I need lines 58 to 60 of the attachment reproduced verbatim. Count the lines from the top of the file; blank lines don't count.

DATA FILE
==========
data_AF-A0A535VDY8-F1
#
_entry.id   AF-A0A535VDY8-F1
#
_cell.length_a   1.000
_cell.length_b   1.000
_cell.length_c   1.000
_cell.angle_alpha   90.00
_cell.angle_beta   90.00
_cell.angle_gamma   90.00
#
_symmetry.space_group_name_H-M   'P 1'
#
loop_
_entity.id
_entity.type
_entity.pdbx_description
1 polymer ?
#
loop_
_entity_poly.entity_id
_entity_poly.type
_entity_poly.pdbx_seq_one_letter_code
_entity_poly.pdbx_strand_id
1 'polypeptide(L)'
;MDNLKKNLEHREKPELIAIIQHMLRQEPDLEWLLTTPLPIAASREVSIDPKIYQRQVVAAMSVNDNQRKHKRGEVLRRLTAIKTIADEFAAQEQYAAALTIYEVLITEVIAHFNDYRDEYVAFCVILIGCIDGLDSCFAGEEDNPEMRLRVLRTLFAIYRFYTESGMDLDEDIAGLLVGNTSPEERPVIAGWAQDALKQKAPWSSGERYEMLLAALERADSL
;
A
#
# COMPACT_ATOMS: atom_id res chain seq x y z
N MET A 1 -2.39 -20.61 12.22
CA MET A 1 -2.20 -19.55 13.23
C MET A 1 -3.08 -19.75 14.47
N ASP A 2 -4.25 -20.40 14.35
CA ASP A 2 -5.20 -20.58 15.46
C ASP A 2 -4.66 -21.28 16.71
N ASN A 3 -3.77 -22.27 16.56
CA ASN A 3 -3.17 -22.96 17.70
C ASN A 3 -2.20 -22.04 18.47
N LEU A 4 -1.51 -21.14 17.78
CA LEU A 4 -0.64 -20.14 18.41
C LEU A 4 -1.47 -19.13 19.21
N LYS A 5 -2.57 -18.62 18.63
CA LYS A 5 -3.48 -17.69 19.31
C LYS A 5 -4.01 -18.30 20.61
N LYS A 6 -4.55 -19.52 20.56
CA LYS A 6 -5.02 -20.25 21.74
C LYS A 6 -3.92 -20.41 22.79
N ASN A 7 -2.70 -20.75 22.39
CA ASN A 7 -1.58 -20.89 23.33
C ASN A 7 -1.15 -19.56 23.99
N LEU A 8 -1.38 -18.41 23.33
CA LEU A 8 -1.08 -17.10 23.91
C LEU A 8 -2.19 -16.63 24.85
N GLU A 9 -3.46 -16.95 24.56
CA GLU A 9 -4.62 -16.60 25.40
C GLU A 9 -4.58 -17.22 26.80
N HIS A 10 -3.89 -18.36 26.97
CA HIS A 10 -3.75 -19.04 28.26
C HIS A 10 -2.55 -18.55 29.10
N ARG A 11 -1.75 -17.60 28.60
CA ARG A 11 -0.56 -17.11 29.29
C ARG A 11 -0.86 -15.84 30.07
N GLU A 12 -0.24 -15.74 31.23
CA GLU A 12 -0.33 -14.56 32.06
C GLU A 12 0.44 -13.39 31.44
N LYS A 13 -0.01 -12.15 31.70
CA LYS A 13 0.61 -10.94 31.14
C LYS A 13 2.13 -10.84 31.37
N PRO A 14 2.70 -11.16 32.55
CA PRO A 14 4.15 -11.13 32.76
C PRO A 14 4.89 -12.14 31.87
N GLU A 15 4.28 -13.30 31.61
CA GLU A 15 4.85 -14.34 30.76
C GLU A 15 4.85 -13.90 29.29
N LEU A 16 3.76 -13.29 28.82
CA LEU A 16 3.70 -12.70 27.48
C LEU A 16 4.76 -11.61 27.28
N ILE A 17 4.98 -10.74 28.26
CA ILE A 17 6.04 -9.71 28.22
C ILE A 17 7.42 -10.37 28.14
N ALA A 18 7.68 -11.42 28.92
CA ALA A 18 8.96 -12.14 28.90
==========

N HIS A 10 -3.89 -18.36 26.97
CA HIS A 10 -3.75 -19.04 28.26
C HIS A 10 -2.55 -18.55 29.10